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Mona's Little Helper

Blind woman and miniature guide visit local horse farm

July 1, 2012
By BILL ACKERBAUER (features@leaderherald.com) , The Leader Herald

GLOVERSVILLE - For such a small horse, she's kind of a big deal.

Cali, a miniature horse who was bred and raised on a local farm, arrived by plane at Albany International Airport on Tuesday afternoon and was greeted by a throng of reporters and curious spectators. With her was Mona Ramouni, a?blind woman from Michigan whom Cali serves as a trained guide. The two visited the region this week to reconnect with some of the people and animals who helped to put together this dynamic duo.

Compared to Tuesday's scene at the airport, the setting was more tranquil Wednesday at Becky Montano's Summer Field Farm on County Highway 102, just north of Gloversville.

Article Photos

Mona Ramouni walks with Cali, her miniature horse guide, on Wednesday at Summer Field Farm outside Gloverville. With them are trainer Dolores Arste of Galway, left, and breeder Becky Montano, owner of the farm, where Cali was born. (The Leader-Herald/Bill Trojan)

Cali and Mona still were the center of attention, however, as a crew from an Australian TV network followed them around the farm with a camera and microphone, capturing footage for a news program.

"Aussies will love this story," cameraman Frank Maurici said during a break in the filming.

Ramouni, 32, of Williamston, Mich., has been blind since infancy. She didn't want a guide dog, as some of her Muslim family and friends consider dogs unclean animals. A little horse with a big heart, she said, turned out to be a terrific alternative.

Ramouni praised Montano, who bred Cali, and Dolores Arste, the Galway horse trainer who taught her the skills she uses to help the blind woman navigate the challenges of daily life.

"I love the way Becky raised this horse, the way she took care of her," Ramouni said. "Dolores didn't have to train problems out of her. Dolores did an outstanding job training her."

She said Arste trained Cali to do all the things a guide dog can do, such as help a blind person walk around a busy airport, as they did Tuesday. But she also taught the horse to do some more advanced skills.

"If I drop something, Cali will find it for me," Ramouni said.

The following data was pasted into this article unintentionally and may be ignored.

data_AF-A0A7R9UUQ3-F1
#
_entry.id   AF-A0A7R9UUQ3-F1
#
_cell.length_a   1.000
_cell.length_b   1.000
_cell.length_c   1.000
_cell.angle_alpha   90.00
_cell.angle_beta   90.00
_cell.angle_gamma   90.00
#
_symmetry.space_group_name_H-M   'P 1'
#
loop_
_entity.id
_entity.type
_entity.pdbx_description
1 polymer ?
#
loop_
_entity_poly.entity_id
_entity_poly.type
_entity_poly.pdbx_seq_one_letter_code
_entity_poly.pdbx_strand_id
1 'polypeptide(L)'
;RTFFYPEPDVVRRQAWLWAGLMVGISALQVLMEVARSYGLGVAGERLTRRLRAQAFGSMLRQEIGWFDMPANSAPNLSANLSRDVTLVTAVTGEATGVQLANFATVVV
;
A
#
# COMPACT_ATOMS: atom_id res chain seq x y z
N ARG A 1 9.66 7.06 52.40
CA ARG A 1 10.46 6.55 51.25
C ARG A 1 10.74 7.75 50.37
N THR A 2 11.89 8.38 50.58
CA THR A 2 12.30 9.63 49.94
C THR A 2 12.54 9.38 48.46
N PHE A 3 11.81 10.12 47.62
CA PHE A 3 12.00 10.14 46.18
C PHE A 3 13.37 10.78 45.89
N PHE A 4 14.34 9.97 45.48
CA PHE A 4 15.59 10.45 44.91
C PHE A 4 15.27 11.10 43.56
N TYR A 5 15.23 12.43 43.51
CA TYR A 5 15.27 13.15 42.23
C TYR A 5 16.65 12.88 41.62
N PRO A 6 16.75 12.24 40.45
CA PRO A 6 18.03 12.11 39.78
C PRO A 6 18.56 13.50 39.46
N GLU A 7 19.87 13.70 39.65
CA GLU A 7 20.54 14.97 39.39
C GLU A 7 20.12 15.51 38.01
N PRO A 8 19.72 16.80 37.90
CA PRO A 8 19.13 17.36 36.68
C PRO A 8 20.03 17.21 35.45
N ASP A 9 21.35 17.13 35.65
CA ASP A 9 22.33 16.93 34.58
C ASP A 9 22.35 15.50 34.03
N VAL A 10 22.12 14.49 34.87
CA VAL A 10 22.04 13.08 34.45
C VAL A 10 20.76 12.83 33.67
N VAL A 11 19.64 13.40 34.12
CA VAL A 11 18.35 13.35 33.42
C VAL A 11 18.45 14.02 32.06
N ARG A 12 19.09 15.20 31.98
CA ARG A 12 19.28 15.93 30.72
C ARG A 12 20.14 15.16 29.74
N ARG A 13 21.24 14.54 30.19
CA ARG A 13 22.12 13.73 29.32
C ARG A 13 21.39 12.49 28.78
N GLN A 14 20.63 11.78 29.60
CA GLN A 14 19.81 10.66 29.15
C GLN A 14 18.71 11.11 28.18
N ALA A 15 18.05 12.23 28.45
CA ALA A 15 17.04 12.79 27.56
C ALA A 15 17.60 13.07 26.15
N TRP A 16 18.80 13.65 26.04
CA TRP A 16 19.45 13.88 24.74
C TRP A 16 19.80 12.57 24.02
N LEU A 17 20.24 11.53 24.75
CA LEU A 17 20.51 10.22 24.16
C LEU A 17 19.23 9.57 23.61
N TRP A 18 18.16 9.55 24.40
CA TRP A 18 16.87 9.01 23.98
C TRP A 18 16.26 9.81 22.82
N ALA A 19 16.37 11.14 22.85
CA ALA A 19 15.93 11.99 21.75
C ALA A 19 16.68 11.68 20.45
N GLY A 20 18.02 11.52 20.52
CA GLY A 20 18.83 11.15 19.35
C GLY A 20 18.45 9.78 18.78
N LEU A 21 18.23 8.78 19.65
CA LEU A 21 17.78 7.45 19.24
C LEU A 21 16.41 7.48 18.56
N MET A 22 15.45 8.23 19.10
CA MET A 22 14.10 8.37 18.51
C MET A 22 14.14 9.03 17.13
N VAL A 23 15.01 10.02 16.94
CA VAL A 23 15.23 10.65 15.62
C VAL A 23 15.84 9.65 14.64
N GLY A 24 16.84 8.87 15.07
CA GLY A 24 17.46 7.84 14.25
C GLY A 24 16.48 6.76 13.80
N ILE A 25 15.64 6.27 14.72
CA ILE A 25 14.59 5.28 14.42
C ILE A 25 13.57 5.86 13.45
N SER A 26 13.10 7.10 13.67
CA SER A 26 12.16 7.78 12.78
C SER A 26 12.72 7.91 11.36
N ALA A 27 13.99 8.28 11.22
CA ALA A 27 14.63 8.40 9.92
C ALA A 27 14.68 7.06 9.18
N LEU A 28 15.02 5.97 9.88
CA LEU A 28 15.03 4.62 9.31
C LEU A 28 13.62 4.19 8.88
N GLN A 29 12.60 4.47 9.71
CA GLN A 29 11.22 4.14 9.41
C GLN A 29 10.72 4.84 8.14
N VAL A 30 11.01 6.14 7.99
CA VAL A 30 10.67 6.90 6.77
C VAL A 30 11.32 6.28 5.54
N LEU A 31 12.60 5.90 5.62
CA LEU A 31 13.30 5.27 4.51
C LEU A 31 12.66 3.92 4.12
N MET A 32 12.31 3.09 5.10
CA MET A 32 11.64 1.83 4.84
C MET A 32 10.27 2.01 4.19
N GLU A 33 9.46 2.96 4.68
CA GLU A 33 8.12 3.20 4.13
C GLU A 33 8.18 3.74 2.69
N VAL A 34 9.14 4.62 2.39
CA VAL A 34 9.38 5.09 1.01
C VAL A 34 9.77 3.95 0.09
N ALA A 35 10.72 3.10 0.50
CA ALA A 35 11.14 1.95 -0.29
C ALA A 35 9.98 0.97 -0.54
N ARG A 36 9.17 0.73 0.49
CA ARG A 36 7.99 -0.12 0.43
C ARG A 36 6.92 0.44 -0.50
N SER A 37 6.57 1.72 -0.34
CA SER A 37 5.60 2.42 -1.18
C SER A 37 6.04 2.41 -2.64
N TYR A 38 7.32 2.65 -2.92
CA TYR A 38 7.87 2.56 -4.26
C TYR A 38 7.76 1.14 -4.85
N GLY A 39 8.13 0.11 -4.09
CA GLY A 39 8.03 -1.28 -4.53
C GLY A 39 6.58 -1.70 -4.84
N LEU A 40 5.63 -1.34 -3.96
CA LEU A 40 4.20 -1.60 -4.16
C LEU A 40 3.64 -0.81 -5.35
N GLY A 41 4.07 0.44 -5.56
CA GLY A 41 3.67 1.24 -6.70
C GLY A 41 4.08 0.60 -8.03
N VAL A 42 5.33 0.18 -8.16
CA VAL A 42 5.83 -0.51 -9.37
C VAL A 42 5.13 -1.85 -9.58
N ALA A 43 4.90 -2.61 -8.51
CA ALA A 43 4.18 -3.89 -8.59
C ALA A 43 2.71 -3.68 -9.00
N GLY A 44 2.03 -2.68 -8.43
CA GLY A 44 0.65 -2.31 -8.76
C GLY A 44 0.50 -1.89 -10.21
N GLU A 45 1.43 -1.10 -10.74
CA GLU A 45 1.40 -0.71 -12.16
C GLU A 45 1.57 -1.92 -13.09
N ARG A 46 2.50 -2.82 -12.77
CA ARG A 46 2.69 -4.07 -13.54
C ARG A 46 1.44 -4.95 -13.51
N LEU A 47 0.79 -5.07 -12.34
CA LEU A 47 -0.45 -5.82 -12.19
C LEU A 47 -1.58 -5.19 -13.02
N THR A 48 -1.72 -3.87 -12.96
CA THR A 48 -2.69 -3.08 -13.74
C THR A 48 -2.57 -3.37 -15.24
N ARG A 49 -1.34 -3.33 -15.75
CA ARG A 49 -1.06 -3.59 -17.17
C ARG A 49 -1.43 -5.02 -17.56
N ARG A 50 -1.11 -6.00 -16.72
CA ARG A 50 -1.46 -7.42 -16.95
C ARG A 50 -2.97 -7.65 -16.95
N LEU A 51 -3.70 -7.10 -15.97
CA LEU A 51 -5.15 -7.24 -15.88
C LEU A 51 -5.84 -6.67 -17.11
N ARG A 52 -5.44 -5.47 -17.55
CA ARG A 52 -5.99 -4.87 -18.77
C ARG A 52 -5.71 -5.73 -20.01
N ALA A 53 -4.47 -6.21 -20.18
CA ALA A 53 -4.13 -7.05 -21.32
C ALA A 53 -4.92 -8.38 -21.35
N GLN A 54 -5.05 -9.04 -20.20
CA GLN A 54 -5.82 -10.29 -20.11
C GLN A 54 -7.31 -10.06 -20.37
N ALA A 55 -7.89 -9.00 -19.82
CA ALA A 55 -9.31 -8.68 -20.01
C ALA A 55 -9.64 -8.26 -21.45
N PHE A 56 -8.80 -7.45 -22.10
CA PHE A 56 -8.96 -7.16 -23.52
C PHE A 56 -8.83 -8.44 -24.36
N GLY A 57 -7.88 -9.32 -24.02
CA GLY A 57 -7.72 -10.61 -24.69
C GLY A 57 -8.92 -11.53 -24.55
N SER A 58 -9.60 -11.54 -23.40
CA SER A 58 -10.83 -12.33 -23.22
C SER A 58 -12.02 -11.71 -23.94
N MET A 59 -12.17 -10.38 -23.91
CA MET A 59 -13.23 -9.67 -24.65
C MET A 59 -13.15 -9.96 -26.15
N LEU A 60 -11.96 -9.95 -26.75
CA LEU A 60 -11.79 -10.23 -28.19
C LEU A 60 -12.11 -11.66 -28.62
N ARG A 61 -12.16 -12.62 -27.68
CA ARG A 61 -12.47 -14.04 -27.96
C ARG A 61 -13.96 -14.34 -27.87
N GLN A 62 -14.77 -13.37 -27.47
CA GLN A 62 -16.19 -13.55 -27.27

Miniature horses can live up to 30 years or so, according to Montano, so they can live much longer than a guide dog.

Ramouni said in the few years they've been together, she's developed an extremely close bond with Cali. Before she bought the horse and had her trained, she said, she wasn't optimistic about her life. She was living with her parents, working at a job she didn't like and too dependent on other people.

"I didn't have the confidence ... to do some things," she said. "Now, if I want to do something, I know I can do something - I can do anything."

Ramouni said Tuesday's media circus was somewhat "harrowing," but she's used to the attention and she wants to capitalize on it and publicize her mission.

"I don't mind educating people," she said. "When you have these horses, you have to be willing to educate people."

A graduate student studying rehabilitation psychology at Michigan State University, Ramouni is working to establish a foundation that would help raise and train miniature horses for use as service animals for disabled people. She plans to call the organization CALI - short for Cheval Assistants and Leaders International (Cheval is French for "horse").

She already has trained another miniature horse herself and is in the process of training two others at the farm where she lives in Michigan.

"I want to start this foundation and I want help doing it," Ramouni said. "If you're gonna dream, you'd better dream big."

Montano said Cali - short for Mexicali Rose - was born May 5, 2005. It was the date of her birth, which fell on the Mexican holiday Cinco de Mayo, that inspired her name, Montano said. Cali's sire and dam - her mother and father - are still residents of Montano's farm, where they were reunited with her on Wednesday.

Cali's sire, Magnum, is one of many grandsons of Boone's Little Buckaroo, the most famous of all American miniature horses. Cali's mother, Maple Leaf, was born in Alberta, Canada. Montano said she bought her at an auction near Toronto as a weanling. When Maple Leaf was born, she fell into a hole and suffered a eye injury that affected her vision permanently.

"It's ironic," Montano said. "A horse with poor eyesight producing a guide horse."

Montano said Mona drove a cart pulled by Cali around the farm on Thursday, but she hardly had any use for the reins.

"Cali's so tuned into voice commands," she said. "She's so finely trained."

Ramouni first visited Summer Field Farm about three years ago, right after Cali's training was completed. Montano said she was pleased to host the reunion this week, and to see the progress the pair has made.

"She's just an indomitable spirit," Montano said of Ramouni. "Nothing's gonna get her down, nothing's gonna stop her. She's amazing."

Features Editor Bill Ackerbauer can be reached by email at features@leaderherald.com.

 
 

 

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